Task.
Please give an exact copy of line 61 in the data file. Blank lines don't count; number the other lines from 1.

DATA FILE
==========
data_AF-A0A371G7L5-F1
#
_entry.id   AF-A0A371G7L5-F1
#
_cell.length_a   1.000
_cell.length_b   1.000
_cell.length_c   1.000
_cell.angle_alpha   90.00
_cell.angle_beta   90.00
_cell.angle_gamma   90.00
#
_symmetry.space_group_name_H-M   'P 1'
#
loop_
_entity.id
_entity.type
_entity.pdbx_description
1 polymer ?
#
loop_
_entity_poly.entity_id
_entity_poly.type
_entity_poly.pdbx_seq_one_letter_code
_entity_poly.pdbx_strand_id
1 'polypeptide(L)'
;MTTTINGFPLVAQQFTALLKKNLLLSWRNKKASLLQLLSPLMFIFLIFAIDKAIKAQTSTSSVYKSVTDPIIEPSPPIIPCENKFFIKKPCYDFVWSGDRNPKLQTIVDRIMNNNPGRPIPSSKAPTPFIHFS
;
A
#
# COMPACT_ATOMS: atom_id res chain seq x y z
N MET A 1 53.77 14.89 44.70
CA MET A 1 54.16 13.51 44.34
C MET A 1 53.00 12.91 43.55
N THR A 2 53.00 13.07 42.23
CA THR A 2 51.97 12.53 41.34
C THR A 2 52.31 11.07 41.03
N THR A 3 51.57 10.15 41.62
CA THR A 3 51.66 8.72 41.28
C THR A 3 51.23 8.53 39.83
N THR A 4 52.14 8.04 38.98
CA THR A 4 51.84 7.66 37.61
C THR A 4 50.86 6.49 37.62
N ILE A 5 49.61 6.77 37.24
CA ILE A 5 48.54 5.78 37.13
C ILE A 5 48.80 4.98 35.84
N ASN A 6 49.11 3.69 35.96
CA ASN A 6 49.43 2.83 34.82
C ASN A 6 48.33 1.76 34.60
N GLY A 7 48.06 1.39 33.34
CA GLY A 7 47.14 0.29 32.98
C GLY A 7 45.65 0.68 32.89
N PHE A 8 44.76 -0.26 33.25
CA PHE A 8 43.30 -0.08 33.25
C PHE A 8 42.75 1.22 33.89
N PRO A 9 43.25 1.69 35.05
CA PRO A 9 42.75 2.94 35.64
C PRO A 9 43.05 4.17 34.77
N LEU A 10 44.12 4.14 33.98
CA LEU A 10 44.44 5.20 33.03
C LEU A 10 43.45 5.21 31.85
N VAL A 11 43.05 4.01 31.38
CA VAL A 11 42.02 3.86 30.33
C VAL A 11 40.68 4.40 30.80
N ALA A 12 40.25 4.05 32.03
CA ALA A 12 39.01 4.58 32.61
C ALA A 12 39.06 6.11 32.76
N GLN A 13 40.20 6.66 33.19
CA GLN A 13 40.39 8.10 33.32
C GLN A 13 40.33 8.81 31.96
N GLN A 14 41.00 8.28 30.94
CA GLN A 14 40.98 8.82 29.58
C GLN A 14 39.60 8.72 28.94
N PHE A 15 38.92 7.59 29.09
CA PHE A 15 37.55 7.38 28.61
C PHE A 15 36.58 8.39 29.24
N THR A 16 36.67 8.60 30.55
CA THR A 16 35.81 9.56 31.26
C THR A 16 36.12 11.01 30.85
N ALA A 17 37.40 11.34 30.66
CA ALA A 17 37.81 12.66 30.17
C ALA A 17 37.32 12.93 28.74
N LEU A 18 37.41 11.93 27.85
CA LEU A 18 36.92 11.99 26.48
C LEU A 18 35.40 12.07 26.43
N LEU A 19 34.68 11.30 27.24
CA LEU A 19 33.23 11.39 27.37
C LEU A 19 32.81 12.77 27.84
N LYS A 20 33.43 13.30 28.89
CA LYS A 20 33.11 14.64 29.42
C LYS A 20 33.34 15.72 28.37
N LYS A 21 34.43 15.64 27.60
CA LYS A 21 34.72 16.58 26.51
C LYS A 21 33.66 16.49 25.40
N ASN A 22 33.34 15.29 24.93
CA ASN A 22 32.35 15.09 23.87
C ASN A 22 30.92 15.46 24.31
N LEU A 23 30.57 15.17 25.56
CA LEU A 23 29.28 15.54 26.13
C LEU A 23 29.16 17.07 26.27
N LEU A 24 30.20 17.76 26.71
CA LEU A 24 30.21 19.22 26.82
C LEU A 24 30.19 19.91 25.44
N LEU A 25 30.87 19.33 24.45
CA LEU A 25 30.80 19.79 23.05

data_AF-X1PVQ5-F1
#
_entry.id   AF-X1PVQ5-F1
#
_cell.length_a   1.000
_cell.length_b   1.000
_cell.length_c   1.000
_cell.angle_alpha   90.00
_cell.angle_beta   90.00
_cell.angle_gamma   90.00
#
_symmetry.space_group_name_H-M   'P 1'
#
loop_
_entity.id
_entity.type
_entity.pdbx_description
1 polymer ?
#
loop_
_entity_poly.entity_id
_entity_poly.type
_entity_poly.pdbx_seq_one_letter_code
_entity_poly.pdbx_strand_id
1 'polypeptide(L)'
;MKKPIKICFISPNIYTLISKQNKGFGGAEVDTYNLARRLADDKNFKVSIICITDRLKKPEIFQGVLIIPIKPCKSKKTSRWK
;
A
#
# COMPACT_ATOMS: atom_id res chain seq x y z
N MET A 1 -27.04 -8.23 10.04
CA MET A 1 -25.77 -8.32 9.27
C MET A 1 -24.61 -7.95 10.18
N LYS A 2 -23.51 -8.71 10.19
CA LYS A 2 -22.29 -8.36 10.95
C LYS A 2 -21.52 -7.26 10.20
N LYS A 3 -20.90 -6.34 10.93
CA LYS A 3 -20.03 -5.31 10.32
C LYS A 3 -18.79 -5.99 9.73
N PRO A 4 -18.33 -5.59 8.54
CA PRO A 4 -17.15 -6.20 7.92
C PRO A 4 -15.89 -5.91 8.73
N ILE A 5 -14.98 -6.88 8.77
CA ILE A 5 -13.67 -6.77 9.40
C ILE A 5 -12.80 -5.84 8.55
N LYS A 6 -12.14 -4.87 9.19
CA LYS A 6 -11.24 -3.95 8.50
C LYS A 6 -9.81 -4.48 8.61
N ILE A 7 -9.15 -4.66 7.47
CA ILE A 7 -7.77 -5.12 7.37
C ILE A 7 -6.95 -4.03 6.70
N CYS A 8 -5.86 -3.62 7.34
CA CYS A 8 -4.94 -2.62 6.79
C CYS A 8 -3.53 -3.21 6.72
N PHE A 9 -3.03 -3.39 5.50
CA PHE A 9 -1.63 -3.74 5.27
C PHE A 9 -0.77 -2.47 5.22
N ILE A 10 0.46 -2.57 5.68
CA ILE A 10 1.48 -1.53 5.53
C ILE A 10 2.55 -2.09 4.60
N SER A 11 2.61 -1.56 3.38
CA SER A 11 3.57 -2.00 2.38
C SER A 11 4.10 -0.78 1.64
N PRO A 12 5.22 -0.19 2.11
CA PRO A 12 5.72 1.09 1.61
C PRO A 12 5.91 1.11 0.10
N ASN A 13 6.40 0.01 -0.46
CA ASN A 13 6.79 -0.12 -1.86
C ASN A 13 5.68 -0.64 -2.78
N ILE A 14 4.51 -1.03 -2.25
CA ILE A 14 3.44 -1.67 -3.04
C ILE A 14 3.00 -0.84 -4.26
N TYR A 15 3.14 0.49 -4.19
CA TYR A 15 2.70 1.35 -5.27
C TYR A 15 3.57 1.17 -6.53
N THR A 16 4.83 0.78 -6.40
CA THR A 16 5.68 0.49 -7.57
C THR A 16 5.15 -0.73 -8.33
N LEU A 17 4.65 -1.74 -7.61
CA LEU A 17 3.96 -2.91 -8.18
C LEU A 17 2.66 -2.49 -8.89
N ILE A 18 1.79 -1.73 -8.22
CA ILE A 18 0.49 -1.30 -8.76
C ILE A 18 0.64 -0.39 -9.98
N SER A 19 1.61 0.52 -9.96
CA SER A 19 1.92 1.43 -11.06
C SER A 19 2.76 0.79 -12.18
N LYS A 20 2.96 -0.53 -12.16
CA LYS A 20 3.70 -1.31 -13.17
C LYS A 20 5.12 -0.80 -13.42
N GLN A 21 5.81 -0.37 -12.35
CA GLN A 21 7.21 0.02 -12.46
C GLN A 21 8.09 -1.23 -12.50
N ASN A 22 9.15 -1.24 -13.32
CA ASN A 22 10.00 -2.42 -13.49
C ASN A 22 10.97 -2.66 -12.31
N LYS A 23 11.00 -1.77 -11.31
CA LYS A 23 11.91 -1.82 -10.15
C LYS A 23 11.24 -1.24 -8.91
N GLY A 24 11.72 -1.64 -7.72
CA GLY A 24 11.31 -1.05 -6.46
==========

N VAL A 11 43.05 4.01 31.38